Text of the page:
The centre did not immediately respond Tuesday to a request for an explanation of the more refined search area. It also did not say how far west of Perth Tuesday's search would be conducted.
"Yesterday's search revealed nothing that was seen or found that had any connection to the Malaysian aircraft," Houston told Australia's Seven Network television earlier Tuesday.
"If we can find any debris anywhere, that will enable the search to be focused much more precisely and the high technology can then come into play," he added.
Malaysian Prime Minister Najib Razak plans to travel to Perth on Wednesday to see the search operations firsthand.
Abbott called the operation "an extraordinarily difficult exercise".
"We are searching a vast area of ocean and we are working on quite limited information," he said, noting that the best brains in the world and all technological mastery is being applied to the task.
The Ocean Shield, an Australian warship carrying a US device that detects "pings" from the plane's flight recorders, left Perth on Monday evening for the search zone, a three- to four-day trip. The Australian Maritime Safety Authority, which is coordinating the search, said it conducted sea trials to test the equipment.
Investigators are hoping to first find debris floating on the surface that will help them calculate where the plane went into the water.
In Malaysia, several dozen Chinese relatives of Flight MH370 passengers visited a Buddhist temple near Kuala Lumpur to pray for their loved ones. They offered incense, bowed their heads in silence and knelt several times during the prayers.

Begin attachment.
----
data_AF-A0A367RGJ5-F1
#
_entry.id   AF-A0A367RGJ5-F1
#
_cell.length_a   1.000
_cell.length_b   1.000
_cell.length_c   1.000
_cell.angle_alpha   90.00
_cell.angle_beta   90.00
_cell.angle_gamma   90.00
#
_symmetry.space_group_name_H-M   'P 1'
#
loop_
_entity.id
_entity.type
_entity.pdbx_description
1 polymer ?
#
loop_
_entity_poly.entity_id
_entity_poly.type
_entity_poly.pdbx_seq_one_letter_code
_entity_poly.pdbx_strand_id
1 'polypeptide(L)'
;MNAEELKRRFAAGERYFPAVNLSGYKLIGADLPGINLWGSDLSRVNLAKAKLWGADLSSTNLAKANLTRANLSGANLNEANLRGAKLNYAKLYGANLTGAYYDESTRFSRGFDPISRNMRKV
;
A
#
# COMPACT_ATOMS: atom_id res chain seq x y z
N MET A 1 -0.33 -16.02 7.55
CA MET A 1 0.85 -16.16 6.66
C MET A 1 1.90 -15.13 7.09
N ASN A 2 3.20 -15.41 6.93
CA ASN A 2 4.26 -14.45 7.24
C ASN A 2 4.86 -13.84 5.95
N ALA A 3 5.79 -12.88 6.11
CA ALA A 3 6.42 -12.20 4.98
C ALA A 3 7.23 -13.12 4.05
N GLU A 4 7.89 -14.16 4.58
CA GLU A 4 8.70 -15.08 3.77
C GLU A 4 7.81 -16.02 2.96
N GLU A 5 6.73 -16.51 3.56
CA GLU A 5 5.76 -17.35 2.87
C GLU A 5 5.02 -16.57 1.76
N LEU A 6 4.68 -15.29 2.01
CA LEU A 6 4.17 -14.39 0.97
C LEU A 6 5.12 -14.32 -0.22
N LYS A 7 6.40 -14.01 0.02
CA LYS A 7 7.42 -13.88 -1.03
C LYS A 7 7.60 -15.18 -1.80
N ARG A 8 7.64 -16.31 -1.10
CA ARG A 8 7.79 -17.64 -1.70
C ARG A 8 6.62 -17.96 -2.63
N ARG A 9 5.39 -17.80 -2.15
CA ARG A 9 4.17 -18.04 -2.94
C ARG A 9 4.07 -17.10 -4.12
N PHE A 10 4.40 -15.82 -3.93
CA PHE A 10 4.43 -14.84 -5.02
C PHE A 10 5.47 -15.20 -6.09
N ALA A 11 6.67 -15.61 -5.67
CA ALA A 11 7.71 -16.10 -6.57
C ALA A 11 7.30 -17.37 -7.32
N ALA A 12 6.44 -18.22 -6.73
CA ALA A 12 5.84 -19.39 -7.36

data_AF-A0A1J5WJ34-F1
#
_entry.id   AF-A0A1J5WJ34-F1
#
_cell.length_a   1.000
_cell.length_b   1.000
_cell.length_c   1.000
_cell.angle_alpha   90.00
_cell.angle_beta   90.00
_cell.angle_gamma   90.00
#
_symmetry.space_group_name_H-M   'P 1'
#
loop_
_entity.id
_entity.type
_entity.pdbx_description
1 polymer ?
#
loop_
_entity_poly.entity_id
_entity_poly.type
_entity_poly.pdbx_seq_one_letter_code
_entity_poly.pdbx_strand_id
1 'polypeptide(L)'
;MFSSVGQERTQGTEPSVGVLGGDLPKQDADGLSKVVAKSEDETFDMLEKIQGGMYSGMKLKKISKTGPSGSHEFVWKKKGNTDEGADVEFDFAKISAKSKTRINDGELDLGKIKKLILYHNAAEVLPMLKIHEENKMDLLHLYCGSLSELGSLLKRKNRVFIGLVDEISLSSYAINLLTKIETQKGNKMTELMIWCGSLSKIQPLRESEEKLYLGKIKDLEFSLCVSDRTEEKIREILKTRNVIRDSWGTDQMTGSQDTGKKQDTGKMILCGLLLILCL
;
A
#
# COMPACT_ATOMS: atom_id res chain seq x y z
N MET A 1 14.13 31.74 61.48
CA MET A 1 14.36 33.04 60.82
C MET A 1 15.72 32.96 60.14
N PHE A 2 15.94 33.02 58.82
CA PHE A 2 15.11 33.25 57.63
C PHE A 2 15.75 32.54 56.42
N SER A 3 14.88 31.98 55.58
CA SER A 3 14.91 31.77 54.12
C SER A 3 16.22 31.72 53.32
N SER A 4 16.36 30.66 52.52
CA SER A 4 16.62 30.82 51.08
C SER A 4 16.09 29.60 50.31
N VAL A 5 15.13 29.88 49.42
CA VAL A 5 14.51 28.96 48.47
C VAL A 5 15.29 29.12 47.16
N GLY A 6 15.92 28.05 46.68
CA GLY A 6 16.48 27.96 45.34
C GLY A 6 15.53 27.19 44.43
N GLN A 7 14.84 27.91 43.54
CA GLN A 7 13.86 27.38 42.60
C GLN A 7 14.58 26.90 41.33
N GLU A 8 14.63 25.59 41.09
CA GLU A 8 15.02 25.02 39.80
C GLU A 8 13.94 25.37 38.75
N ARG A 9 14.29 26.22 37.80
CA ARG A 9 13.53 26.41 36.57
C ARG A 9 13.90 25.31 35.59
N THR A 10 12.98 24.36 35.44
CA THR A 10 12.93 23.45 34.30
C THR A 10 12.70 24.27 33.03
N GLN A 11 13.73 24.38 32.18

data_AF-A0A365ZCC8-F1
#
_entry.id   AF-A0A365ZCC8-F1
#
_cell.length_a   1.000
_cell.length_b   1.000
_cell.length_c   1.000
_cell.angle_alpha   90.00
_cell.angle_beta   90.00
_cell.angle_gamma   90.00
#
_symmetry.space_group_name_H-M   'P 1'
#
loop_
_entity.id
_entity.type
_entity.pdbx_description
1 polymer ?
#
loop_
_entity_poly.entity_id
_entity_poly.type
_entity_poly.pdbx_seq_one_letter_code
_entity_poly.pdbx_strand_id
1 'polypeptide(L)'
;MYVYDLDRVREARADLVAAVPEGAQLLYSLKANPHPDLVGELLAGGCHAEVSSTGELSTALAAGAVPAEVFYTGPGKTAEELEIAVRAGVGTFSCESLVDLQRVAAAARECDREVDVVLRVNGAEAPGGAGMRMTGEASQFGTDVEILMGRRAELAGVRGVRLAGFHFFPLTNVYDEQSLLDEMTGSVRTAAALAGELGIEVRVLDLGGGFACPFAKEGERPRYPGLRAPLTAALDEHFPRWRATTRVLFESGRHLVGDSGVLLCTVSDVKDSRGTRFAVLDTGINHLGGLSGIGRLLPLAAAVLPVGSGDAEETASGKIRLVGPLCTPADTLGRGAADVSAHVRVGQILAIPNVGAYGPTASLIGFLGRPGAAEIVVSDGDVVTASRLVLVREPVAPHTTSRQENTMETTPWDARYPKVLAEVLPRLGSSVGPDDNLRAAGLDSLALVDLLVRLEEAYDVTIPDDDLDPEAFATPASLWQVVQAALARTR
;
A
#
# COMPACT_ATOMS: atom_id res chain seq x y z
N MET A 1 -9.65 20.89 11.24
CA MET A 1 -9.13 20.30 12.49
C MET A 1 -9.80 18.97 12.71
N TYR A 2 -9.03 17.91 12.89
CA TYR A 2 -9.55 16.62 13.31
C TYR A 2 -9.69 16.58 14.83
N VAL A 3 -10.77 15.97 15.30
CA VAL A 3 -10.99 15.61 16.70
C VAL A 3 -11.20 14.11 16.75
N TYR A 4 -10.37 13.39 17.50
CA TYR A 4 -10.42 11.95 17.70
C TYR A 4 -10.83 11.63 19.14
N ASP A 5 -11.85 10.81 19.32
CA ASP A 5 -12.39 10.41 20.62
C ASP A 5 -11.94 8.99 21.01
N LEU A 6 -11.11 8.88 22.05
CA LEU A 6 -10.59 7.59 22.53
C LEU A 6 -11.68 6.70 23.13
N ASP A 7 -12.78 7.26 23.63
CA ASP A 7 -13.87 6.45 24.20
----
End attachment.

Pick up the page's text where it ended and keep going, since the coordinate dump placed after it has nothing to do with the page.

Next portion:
Buddhist nuns handed out prayer beads to them and said: "You are not alone. You have the whole world's love, including Malaysia's."
The family members later expressed their appreciation to the Chinese government and the people of Malaysia and the volunteers who have been assisting them. They bowed in gratitude but said they were still demanding answers.
The comments were seen as a small conciliatory gesture after relatives held an angry protest Sunday at a hotel near Kuala Lumpur, calling on the Malaysian government to apologise for what they called missteps in handling the disaster.
AIR TRAFFIC CONTROLLER DEPLOYED
Australia will deploy a modified Boeing 737 to act as a flying air traffic controller over the Indian Ocean to prevent a mid-air collision among the aircraft searching for the jetliner.
The E-7A Wedgetail equipped with advanced radar will be deployed ‘‘in the near future’’ to monitor the crowded skies over the remote search zone, Houston said.
Under normal circumstances, ground-based air traffic controllers use radar and other equipment to keep track of all aircraft in their area of reach, and act as traffic policemen to keep planes at different altitudes and distances from each other.
This enforced separation — vertical and horizontal — prevents mid-air collision.
But the planes searching for Flight 370 are operating over a remote patch of ocean that is hundreds of kilometres from any air traffic controller.